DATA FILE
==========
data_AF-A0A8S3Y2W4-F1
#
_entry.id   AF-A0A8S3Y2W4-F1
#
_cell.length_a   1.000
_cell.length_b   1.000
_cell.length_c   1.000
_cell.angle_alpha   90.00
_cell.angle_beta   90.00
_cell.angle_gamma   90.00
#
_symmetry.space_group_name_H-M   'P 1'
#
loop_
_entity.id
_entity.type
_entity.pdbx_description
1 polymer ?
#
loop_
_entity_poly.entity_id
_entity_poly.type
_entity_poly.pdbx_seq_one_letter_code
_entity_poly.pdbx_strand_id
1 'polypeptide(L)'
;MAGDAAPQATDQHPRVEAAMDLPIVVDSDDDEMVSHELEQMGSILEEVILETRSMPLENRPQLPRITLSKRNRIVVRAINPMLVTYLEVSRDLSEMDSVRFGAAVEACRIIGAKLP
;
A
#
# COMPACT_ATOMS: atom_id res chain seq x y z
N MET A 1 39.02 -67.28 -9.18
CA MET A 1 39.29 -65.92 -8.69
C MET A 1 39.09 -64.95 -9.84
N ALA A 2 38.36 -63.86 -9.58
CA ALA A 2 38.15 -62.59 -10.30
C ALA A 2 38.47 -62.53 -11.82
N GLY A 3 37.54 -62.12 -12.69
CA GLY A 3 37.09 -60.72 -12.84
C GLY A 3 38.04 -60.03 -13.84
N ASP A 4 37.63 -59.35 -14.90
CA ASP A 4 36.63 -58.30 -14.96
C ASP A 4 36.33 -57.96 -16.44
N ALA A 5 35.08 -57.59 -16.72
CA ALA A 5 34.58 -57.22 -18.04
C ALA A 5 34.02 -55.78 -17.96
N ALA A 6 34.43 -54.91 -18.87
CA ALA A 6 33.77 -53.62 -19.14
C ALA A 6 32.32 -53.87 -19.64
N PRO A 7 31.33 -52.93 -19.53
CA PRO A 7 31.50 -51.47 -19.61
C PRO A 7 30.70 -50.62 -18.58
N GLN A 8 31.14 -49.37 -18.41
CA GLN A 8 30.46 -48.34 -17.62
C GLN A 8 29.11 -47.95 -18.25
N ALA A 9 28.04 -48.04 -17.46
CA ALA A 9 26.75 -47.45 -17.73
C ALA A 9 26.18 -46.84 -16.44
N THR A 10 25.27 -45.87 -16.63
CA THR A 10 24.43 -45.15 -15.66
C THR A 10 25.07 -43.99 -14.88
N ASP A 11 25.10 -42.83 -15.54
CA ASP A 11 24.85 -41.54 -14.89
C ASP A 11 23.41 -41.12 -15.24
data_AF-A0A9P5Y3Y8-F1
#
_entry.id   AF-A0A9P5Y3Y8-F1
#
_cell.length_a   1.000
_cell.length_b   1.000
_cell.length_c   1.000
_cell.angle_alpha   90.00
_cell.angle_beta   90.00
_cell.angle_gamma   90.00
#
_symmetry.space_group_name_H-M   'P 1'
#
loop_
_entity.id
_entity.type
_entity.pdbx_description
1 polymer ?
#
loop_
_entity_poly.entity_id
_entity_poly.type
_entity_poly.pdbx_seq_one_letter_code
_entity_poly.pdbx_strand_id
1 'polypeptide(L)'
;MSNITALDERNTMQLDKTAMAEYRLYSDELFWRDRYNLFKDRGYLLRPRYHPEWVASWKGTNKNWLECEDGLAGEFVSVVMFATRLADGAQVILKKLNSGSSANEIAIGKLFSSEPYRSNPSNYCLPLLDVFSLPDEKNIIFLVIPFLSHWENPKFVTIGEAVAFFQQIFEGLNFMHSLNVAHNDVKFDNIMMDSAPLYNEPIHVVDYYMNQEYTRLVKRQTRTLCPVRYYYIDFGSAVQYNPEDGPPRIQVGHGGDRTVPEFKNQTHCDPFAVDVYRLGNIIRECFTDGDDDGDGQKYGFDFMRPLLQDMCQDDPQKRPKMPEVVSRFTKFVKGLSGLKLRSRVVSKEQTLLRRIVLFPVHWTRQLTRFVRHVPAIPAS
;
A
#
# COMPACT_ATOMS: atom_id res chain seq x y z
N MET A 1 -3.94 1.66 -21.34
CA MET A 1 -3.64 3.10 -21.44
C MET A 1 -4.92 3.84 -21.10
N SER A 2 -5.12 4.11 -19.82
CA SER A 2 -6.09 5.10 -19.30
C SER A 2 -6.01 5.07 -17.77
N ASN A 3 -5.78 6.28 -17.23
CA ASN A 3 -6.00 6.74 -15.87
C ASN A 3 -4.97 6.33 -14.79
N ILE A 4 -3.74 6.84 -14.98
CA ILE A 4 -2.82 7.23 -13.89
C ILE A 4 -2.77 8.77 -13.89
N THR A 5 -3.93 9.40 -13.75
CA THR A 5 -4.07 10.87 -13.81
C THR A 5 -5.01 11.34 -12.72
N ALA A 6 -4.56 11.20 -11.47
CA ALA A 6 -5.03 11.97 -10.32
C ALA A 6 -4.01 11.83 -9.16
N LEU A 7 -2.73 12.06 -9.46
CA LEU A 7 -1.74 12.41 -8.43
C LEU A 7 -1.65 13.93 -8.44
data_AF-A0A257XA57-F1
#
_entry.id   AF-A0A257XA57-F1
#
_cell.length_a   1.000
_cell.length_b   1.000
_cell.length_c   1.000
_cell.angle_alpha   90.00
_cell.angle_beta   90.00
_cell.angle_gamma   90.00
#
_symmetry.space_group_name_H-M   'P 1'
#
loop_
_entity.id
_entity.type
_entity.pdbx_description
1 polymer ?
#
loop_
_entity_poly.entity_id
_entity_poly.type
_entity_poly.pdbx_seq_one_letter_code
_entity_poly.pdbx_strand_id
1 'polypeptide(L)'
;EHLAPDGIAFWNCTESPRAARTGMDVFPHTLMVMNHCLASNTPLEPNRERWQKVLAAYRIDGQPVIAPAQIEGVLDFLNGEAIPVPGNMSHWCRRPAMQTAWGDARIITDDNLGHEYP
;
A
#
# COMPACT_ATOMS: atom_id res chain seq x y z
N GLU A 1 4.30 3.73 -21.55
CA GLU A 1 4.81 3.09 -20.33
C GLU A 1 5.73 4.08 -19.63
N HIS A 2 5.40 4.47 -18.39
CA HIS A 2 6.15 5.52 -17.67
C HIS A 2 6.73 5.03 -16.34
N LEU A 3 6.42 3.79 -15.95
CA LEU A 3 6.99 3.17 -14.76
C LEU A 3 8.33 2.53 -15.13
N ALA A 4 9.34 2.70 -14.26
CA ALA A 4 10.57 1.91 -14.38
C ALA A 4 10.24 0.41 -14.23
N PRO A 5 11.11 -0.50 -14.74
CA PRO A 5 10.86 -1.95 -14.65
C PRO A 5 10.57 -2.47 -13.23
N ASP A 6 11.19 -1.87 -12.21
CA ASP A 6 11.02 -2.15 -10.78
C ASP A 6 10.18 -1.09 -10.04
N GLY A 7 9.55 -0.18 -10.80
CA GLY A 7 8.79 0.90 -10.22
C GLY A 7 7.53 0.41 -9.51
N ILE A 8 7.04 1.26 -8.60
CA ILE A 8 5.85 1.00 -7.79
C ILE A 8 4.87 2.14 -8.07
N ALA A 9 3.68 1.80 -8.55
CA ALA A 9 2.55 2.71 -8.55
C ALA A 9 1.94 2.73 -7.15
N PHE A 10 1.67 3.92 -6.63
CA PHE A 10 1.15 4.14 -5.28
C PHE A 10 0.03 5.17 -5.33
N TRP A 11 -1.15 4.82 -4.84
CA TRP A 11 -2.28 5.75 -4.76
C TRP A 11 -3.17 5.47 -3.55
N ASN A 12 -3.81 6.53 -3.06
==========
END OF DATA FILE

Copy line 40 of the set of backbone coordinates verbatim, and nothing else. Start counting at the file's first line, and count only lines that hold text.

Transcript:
N ASP A 4 37.63 -59.35 -14.90